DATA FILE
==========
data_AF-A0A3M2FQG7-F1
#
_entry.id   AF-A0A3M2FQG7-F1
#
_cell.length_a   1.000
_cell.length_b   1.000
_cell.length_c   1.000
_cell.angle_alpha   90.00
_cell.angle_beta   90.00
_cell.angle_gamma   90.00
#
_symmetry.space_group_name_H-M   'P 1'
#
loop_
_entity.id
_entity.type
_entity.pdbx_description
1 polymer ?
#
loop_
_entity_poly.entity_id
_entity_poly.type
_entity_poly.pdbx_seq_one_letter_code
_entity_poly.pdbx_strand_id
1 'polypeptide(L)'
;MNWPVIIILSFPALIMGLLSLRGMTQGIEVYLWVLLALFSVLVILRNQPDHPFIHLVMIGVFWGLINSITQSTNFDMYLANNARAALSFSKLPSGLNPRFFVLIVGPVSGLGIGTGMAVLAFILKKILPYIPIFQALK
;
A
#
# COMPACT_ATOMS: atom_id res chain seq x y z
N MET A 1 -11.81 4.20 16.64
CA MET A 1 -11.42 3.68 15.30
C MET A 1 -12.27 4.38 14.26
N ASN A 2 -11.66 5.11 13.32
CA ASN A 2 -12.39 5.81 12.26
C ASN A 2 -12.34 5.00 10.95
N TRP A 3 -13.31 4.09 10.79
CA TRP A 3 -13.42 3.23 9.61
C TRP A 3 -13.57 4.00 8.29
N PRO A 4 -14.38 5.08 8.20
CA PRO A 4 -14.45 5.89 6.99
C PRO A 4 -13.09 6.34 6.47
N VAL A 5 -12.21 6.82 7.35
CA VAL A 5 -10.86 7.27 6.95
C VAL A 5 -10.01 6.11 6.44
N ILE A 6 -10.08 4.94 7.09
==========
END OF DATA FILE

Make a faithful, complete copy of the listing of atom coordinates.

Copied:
data_AF-A0A3M2FQG7-F1
#
_entry.id   AF-A0A3M2FQG7-F1
#
_cell.length_a   1.000
_cell.length_b   1.000
_cell.length_c   1.000
_cell.angle_alpha   90.00
_cell.angle_beta   90.00
_cell.angle_gamma   90.00
#
_symmetry.space_group_name_H-M   'P 1'
#
loop_
_entity.id
_entity.type
_entity.pdbx_description
1 polymer ?
#
loop_
_entity_poly.entity_id
_entity_poly.type
_entity_poly.pdbx_seq_one_letter_code
_entity_poly.pdbx_strand_id
1 'polypeptide(L)'
;MNWPVIIILSFPALIMGLLSLRGMTQGIEVYLWVLLALFSVLVILRNQPDHPFIHLVMIGVFWGLINSITQSTNFDMYLANNARAALSFSKLPSGLNPRFFVLIVGPVSGLGIGTGMAVLAFILKKILPYIPIFQALK
;
A
#
# COMPACT_ATOMS: atom_id res chain seq x y z
N MET A 1 -11.81 4.20 16.64
CA MET A 1 -11.42 3.68 15.30
C MET A 1 -12.27 4.38 14.26
N ASN A 2 -11.66 5.11 13.32
CA ASN A 2 -12.39 5.81 12.26
C ASN A 2 -12.34 5.00 10.95
N TRP A 3 -13.31 4.09 10.79
CA TRP A 3 -13.42 3.23 9.61
C TRP A 3 -13.57 4.00 8.29
N PRO A 4 -14.38 5.08 8.20
CA PRO A 4 -14.45 5.89 6.99
C PRO A 4 -13.09 6.34 6.47
N VAL A 5 -12.21 6.82 7.35
CA VAL A 5 -10.86 7.27 6.95
C VAL A 5 -10.01 6.11 6.44
N ILE A 6 -10.08 4.94 7.09